'Wesak is that time at the Full Moon of May in which the Christ gathers the entire Spiritual Hierarchy together in meditation to invoke the forces of Shambhala.
The Buddha, representing those forces, appears and blesses humanity.'
We reached the top of the steps with the moon following, rising from the valley to bathe the upper trees. The squat, perfectly squared roof of a small temple hall was beginning to glow with blue.
Close to one hundred people were seated on the ground around the main hall. I'd seen many of them at the cable car station below, representatives of two of Japan's current 'booms.' The energy junkie yoginis in Thai pants and form-fitting tops sat cross-legged on the ground, slight smiles covering faces perched above perfectly straight backs. Yama girls with large backpacks were perhaps a little overprepared for a night spent in the chilly heights.
On the platform before the main hall, a very small woman of incredible years was chanting loudly, powerfully, as a group of monks wrapped in saffron responding in turn. Mantra finished, she moved slowly toward the inner sanctum of temple, as a trio of young miko drifted from the wings, mouths covered in white surgical masks to keep their breath from soiling their offerings. As they came to center stage, the monks started up in what was more song than chant, with a melody strangely reminiscent of a Christian hymn. The flute, it too Western, came in, notes spilling over the crowd which passed flame from candle to candle. I could've been in church.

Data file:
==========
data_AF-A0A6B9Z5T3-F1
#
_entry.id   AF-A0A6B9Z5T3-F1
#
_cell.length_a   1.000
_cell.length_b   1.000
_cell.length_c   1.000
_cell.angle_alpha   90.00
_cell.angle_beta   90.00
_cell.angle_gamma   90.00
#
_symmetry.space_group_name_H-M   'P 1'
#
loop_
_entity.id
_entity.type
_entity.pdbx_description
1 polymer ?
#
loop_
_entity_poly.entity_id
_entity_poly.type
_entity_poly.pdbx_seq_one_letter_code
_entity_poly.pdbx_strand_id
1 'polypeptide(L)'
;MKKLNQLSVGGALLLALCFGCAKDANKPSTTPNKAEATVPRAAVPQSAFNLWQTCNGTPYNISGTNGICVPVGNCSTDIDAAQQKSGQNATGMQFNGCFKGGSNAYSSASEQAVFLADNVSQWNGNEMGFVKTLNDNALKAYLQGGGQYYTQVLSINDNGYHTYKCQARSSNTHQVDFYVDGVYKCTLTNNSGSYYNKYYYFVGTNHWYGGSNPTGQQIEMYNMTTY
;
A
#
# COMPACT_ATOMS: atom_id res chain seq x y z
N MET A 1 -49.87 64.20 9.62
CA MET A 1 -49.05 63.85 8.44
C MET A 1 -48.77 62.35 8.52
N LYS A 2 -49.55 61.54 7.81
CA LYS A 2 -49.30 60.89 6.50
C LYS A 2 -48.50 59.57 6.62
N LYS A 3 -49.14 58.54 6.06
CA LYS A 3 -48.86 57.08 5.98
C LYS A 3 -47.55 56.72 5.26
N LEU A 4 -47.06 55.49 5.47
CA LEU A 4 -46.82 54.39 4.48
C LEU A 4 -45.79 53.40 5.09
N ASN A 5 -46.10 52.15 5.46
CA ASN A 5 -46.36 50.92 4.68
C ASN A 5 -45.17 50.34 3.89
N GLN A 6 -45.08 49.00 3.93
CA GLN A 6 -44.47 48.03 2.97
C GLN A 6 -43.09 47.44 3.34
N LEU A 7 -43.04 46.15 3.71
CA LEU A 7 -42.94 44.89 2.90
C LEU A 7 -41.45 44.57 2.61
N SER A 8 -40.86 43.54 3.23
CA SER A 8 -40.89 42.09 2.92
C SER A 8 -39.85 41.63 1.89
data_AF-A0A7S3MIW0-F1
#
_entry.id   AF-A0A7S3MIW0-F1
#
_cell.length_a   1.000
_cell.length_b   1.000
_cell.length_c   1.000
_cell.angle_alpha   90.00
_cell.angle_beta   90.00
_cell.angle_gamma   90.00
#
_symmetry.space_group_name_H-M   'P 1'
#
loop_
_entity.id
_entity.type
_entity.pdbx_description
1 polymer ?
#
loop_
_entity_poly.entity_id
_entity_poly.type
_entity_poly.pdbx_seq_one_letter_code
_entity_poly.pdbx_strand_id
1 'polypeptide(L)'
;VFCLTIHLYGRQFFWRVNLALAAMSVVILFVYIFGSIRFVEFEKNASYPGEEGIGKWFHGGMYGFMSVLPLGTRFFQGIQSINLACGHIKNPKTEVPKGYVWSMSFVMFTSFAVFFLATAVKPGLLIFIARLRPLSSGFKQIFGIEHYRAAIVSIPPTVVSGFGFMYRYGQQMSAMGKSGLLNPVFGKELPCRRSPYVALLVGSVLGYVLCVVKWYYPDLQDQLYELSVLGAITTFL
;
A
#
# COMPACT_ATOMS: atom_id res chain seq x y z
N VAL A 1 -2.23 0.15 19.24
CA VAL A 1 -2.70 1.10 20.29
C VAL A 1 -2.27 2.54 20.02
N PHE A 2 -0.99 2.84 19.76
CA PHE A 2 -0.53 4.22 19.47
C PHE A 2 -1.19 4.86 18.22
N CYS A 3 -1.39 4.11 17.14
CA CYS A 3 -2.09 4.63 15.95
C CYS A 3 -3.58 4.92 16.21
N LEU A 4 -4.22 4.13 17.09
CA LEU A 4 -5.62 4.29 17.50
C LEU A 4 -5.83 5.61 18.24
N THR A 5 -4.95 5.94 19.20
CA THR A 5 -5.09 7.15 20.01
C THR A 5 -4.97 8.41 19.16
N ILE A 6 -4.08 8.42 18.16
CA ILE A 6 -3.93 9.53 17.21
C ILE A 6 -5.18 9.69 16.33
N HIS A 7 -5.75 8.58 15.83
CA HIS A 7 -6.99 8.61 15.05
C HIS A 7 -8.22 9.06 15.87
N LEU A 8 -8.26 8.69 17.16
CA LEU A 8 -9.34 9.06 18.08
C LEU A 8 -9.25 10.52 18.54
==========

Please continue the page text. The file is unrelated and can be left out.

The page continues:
The hymn shifted into chant again, and the whole crowd lifted their candles as one. The monk's chant was interspersed with the voice of a woman translating it into English, both languages telling us that our combined light can dispel the darkness in the world, and before passing our light from one to another, we must first ignite the light within our hearts.
Moreso than the candles, my daughter was ignited by the light of the moon. She passed back and forth around people on the ground, coming over occasionally to watch the miko float, or listen to the horns of the monks wail. Her frenetic movement drew angry looks from two or three in the crowd, and within my own self, agitation began to well up. Yet all of us who'd come here for a dose of the spiritual -- particularly myself -- should look to my daughter with profundity, at a being without pretense, perpetually in the now, a being completely spilling over with love and light.
On the turntable: Charlie Christian, "The Genius of the Electric Guitar"
On the nighttable: Amy Chavez, "Running the Shikoku Pilgrimage"